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Blueberry Bush Care

Keep your blueberry bush thriving this season! More information below in Ashcombe’s Care Sheet. Click here for more gardening care instructions.

Blueberries are a carefree crop once they are established in soil that is to their liking. They are related to the rhododendron, azalea and mountain laurel. Here are our growing recommendations, learned from years of growing successful commercial crops of these delicious berries:

SITE SELECTION: A well-drained site in full sun is ideal. Blueberries must have moist soil, but no standing water. In order to increase soil moisture level, work organic matter like Canada peat, sawdust, or ground corn stalks into the soil. The pH of the soil should be 4.5-5.5, definitely on the acidic side. Use a pH test kit to be sure pH is in the proper range. Add sulfur to acidify the soil if needed.

VARIETY SELECTION: There are early, mid, and late season blueberry varieties available. Plant two or
three different types to ensure pollination. An early/mid match is good, as is a mid/late. Plant 2-3 year
bare rooted, or 1 year potted plant.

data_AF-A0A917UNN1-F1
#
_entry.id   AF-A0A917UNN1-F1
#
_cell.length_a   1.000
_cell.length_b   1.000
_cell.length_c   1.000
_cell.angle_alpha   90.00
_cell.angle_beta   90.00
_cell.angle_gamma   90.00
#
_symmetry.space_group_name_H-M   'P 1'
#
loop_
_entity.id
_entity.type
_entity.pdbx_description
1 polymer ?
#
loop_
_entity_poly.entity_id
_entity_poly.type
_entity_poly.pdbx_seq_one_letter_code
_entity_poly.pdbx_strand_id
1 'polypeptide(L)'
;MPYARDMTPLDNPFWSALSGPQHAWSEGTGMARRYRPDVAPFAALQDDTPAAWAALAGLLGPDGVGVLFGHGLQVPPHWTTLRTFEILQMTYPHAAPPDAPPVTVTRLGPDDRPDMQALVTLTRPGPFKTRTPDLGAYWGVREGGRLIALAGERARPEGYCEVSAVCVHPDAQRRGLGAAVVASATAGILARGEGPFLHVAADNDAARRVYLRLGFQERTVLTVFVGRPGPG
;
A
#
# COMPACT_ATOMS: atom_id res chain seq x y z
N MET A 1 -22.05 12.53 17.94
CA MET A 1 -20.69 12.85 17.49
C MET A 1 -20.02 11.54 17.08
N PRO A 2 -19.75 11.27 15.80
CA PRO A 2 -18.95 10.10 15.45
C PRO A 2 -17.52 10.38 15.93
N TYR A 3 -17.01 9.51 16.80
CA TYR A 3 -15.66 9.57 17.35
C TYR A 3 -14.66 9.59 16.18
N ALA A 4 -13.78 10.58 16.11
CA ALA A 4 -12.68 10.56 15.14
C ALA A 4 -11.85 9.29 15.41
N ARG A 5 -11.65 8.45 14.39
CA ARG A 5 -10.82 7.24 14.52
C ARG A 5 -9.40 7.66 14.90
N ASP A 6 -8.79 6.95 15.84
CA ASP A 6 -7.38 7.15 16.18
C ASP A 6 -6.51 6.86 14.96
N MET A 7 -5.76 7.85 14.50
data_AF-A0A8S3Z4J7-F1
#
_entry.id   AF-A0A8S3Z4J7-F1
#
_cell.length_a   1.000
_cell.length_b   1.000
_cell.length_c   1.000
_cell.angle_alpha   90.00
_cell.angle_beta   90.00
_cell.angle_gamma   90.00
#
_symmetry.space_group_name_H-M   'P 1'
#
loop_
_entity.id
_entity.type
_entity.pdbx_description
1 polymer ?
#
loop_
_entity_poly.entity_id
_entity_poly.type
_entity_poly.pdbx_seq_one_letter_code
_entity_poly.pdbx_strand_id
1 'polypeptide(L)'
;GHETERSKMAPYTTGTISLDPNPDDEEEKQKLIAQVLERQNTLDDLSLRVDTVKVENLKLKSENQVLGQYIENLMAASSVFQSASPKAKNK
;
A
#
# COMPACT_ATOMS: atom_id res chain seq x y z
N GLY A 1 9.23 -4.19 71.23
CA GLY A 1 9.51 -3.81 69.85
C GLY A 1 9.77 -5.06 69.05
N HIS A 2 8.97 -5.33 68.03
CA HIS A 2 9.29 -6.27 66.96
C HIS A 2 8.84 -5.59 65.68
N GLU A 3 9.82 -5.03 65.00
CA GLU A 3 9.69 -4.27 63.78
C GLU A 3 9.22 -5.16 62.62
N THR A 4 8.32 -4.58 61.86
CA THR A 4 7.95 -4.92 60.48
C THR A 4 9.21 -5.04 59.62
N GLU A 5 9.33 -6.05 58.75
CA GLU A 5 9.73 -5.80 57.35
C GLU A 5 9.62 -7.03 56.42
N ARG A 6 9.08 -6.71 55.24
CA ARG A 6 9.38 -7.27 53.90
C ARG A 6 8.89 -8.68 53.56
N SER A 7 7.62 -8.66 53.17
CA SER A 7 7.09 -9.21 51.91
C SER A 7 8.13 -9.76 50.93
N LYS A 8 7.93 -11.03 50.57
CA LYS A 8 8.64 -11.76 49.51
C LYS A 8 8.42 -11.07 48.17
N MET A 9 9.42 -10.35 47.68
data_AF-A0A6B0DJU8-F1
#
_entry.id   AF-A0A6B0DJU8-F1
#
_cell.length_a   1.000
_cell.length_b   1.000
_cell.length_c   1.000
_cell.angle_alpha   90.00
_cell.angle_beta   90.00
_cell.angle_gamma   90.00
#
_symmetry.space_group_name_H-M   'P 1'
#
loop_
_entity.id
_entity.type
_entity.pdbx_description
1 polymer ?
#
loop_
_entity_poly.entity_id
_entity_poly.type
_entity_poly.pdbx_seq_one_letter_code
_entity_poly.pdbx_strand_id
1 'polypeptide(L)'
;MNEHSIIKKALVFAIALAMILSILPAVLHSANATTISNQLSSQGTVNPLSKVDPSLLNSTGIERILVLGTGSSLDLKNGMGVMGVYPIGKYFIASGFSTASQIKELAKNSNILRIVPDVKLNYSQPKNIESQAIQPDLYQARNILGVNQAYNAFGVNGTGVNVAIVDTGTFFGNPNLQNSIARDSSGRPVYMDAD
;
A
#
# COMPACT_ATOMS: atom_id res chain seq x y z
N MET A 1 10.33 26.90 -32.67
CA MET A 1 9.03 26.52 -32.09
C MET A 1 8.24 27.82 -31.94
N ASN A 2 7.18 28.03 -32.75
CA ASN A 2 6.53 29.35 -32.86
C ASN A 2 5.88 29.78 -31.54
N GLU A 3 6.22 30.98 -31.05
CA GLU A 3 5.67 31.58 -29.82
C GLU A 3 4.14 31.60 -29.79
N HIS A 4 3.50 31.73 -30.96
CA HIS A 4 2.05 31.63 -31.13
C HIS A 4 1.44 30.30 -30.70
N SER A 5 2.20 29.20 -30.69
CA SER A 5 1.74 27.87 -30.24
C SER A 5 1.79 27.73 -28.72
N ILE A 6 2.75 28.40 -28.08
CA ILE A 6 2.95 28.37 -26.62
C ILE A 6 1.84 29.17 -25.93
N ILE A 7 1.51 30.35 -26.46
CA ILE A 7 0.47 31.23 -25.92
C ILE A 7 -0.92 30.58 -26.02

PLANTING: Plant your blueberries slightly deeper than the roots. Space about 4 feet apart. Prune plants
to three or four of the strongest shoots and rub off all the fat fruit buds the first year. Mulch the plants
heavily to help retain moisture and reduce weeds. Sawdust works well, as does bark mulch. NOTE: Do
not use manures around blueberries, as it is alkaline and will raise the soil pH.

WATERING: Weed and water your plants May through September. Plants should receive a thorough watering of about 1” of water per week.

FERTILIZING: Plants should receive a mid-summer (August 1-15) fertilization. Use ammonium sulfate at
the rate of 2 oz. per plant. Alternatively, use an organic fertilizer like Hollytone. NOTE: Avoid all nitrate
forms of nitrogen.

MULCHING: Each fall or spring, mulch your plants heavily so that there are always 4 inches of mulch at
the base of the plant.

PRUNING: For the first two to three seasons, pruning should consist of removing dead, weak, low, or
overlapping branches in order to develop a good branch system. Remove the fat flower buds for the first
three seasons. If you cannot distinguish the flower buds from the leaf buds, just remove the blossoms
when they open. After the first three years, leave 1/2 of the fruit (flower) buds on the sturdiest stems
to allow your first crop of fruit to develop. Continue to cut back the tips of the very vigorous canes to
control height and promote lateral branching.

NETTING: Use a garden net or black plastic garden mesh to protect your fruit crop from marauding birds.

PESTS AND DISEASES: Few pests attack blueberries, but watch for leaf hoppers (control with Sevin),
mites (use Diazinon and Malathion) and if nematodes are a problem in the soil, use a fumigant, or
interplant with French Marigolds.

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